A woman farmer dries the maize crop at Aloli village, about 56 miles (90km) southeast of Ajmer, in western state of Rajasthan in India.
A majority of the world's poorest share three traits: They rely on agriculture to survive, they don't have secure rights to the land they till and they are women. These traits form a poverty trap that is no accident of nature. Policies and practices in more than half of all countries around the world hinder women's ownership, control or access to land, undermining their rights to the most important asset in their lives. This is despite the fact that more than 400 million women farm. Insecure rights to the land they rely on for food, income and shelter casts a long shadow over women's lives, over their communities and over our world's ability to reach its development goals.
Consider a woman smallholder farmer. Without secure rights to the land she depends on, her incentive to invest in her land in ways that boost her harvest and improve her life is inhibited. Indeed, should she invest in her land - for example, by laboring to terrace it or using better-quality and more expensive fertilizer - she runs the risk of incentivizing others to take it and leave her landless with no recourse to get it back. To reduce poverty, improve sustainability, resiliency and nutrition and achieve a whole host of development goals, we absolutely must start by strengthening women's rights to land. Recent developments are promising, and there is growing recognition around the world of the fundamental importance of women's land rights.
The United Nations 2030 development agenda recognizes the significance of women's land rights, with land rights featuring prominently in the sustainable development goals related to poverty, food security and gender equality. At the Women Deliver 2016 conference in May, 25 issue experts from around the world drafted a policy brief that argues for securing land and inheritance rights for women as one solution to improving the lives of women. The brief addresses what happens when girls and women endure restrictions on these rights and how such limitations can affect their health, education, housing and livelihood.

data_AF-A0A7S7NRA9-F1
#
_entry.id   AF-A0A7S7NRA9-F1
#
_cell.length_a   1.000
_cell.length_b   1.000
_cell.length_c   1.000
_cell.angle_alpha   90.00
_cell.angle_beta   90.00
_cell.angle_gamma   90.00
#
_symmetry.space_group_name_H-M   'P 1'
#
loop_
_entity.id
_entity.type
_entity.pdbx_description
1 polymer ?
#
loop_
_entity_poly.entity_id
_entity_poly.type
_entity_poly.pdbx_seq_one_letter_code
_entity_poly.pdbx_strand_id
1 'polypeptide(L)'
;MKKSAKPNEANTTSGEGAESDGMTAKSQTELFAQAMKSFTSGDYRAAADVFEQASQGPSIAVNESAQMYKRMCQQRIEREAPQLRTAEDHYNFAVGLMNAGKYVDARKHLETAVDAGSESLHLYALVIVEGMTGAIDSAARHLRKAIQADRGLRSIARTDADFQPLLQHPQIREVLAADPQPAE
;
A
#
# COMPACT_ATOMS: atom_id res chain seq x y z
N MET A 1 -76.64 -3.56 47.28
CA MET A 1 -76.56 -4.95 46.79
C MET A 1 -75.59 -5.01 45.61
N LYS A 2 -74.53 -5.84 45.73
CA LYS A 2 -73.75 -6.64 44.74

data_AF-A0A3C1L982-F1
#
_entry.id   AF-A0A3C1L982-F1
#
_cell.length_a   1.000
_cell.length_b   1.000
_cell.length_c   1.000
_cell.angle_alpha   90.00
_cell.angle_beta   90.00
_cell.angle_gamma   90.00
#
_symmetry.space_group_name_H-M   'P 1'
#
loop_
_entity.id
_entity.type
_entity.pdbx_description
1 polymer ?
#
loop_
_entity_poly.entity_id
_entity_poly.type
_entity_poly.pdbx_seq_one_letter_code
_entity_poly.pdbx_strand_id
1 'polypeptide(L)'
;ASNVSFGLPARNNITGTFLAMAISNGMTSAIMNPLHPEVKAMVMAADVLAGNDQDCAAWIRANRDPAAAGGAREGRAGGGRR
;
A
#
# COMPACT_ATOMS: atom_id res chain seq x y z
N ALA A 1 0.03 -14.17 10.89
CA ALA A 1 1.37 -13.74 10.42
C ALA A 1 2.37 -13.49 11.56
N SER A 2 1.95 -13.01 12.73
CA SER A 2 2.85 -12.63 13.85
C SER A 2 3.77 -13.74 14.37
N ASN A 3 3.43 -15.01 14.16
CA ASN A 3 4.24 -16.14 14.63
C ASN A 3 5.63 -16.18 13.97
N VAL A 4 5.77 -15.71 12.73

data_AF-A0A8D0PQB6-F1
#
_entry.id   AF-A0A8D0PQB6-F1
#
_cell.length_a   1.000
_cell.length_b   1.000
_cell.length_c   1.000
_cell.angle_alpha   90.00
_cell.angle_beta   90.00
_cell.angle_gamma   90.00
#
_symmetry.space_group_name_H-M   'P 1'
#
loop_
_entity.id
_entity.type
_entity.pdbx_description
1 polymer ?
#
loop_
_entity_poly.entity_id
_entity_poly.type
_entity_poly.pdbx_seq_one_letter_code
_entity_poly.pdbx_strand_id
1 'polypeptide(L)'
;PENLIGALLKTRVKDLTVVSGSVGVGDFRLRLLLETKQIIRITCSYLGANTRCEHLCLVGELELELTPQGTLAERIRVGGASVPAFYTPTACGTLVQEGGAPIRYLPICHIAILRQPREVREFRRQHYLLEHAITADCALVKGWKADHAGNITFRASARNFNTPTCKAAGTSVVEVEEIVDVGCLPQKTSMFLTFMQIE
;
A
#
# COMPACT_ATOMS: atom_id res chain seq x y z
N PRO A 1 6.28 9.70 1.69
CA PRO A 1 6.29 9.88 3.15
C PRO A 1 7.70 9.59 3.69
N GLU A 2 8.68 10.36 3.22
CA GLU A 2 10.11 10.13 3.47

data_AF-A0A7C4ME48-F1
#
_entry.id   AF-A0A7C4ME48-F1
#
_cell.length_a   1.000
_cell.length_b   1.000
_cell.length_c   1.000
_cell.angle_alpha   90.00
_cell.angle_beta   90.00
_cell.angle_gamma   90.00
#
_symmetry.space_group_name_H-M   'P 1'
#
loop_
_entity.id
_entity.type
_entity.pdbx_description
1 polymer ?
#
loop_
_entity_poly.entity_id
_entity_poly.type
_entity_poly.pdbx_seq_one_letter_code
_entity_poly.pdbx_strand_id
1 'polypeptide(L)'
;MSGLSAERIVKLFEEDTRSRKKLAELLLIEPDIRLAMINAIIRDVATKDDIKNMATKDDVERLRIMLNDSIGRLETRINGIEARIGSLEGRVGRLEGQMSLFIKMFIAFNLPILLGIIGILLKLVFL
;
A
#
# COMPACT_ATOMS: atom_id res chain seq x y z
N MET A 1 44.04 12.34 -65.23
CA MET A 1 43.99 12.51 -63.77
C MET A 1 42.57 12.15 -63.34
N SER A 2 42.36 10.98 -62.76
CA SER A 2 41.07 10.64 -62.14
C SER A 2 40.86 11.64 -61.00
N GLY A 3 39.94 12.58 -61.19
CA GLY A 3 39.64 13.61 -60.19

Countries around the world are stepping forward, too. India has just released a draft National Policy for Women 2016 that recognizes women as farmers. Currently, women are not legally recognized as farmers although 79 percent of rural women work in agriculture. The draft policy stresses the significance of addressing women's rights to land and other productive resources, and the importance of these rights in the global fights against development challenges such as HIV, hunger and domestic violence.
Recognizing women as farmers is a significant step, and could prompt government officials and programs to support women farmers in their livelihoods, make women farmers more visible in policy dialogue, and help ensure greater resources are funneled toward securing women's rights over resources and access to entitlements for agricultural services.
In 2010, Kenya adopted a constitution that provided women with stronger land rights. In January 2016, Myanmar adopted a National Land Use Policy that explicitly calls out women and men's equal rights to land allocation, management and governance. Countries are not only recognizing the importance of ensuring that women's rights to land are equal in law, but are developing innovative interventions to ensure the full implementation of these rights.
In India, state governments are prioritizing women in land allocation programs. In Uganda and Tanzania, grassroots legal aid is promoting men's and women's awareness of their rights. These legal changes and creative interventions that recognize and strengthen women's land rights should be supported and expanded. Women, their families and the world benefit when women have legal rights to the land they farm.
The writer is an attorney and land tenure specialist at Landesa, a global land rights organization.